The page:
With increasing numbers of vehicles, the traffic snarls and jams have become one of the major problems in Patiala for the past many years.
Though Patiala traffic police claim they are now controlling vehicular traffic in a better way but high traffic volume and long queues of vehicles at bottleneck points during peak hours often expose the failure of traffic police in this regard.
Unplanned rallies, burning of effigies and road blockade protests also add to the worries of the traffic police as such demonstrations lead to traffic jams on the roads.
For the past several days, the traffic police and local commuters had a tough time due to the road blockage protest by Pepsu Road transport Corporation (PRTC) contractual employees and pensioners, besides the chakka jam programme of the Punjab Pradesh Congress committee.
Lack of driving sense and poor awareness of traffic rules among the people, especially underage drivers, also create chaos on the roads.
As per the data available, as many as 682 accidents were reported in Patiala district in 2013, in which around 423 persons lost their lives while 695 were injured.
During this period, the traffic police served 31,598 challans on the spot and collected around Rs 1 crore as fine, while 38,731 cases were sent to the local court wherein around Rs 1.5 crore of amount was collected as fine.
In an interview with Hindustan times, Deputy Superintendent of Police (traffic) Nahar Singh talks about traffic management across the city.
Q. To control traffic chaos caused by unplanned protests during the last 10 days had been a herculean task for traffic police. Is Patiala traffic police capable enough to tackle such situations?
Ans: Though the city witnessed several protests and road blockades during this period, the police managed to control the situation by diverting the traffic to alternative routes. Traffic jams were reported but attempts were always made to ensure smooth flow of traffic within a few minutes.
Q. Has not traffic chaos become a regular scene on Patiala roads?
Ans: No, that's not true. We are well capable of managing the traffic efficiently. We have already prepared emergency plans to control traffic in case of instant traffic chaos. We have also deployed extra policemen at bottleneck points to ease traffic situation.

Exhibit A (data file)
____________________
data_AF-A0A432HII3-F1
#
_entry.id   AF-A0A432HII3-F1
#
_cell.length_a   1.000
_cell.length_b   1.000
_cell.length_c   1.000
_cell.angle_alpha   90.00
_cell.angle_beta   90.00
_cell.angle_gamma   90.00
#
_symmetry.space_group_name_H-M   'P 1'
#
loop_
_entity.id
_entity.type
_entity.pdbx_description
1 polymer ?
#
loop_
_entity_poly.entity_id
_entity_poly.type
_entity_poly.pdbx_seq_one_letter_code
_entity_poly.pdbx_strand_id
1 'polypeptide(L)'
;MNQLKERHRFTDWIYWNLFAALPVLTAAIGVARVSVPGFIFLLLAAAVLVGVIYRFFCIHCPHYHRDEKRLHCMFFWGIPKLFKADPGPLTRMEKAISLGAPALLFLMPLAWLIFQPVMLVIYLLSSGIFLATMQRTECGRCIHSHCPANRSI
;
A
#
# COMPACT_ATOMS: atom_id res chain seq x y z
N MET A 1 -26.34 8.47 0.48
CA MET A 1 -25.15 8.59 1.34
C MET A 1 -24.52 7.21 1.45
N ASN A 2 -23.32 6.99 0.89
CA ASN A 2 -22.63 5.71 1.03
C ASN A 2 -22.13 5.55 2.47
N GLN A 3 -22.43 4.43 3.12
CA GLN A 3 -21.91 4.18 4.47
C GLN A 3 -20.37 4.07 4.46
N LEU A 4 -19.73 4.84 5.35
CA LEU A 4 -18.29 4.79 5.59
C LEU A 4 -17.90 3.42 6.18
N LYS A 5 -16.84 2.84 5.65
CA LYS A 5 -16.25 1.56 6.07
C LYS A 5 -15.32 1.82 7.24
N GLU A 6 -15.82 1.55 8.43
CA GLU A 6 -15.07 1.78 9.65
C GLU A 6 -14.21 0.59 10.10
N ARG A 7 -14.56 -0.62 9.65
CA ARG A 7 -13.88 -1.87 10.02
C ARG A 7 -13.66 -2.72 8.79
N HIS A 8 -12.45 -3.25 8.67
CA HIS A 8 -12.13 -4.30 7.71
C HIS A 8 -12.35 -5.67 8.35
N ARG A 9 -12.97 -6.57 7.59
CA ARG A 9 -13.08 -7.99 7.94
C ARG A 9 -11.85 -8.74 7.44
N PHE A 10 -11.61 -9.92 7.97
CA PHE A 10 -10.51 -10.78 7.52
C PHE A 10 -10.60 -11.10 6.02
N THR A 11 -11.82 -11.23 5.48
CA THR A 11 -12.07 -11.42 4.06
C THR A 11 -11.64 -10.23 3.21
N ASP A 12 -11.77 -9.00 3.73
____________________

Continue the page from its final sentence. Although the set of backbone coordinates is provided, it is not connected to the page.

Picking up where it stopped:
Q.Have you been provided with adequate staff and equipments?
Ans. Shortage of staff always remains but presently, we have adequate number of police personnel to oversee traffic at district level. We also have sufficient staff for VIP duties. Moreover, all required equipments are provided by the state government, while over-speed interceptor vehicles are hired from Chandigarh.
Q. Is there any traffic management plan for Patiala city on the anvil?
Ans. We, along with the assistance of Municipal Corporation and district administration, are going to identify special routes, no-vehicle areas and separate routes for heavy traffic. A private company has been hired to conduct a survey in this regard.
Q. Don't you think that lack of awareness about traffic norms among the people leads to traffic chaos and mismanagement?
Ans. To spread awareness about traffic rules and regulations will remain the key agenda for us in 2014. In 2013, we have delivered around 632 lectures which were attended by around 1.76 people at different places including educational institutions, bus stands and truck unions. During the recently concluded 25th traffic week, several awareness campaigns were launched extensively.
Q. Underage driving is one of the main problems? How is traffic police coping with it?
Ans. We have already held a meeting with school principals and asked them to be strict against underage students who come to school on their vehicles. Though traffic personnel have been directed not to spare underage rivers, cooperation of school managements in this regard can help in a big way.
Q. Who are the major violators of traffic rules?
Ans. Two wheeler drivers constitute a major chunk among defaulters as we have slapped fines in around 1,98,727 cases for driving without helmets, in 9,736 cases for red light jump, 8,258 for not wearing seat belt and 5,190 for not having driving license in 2,013.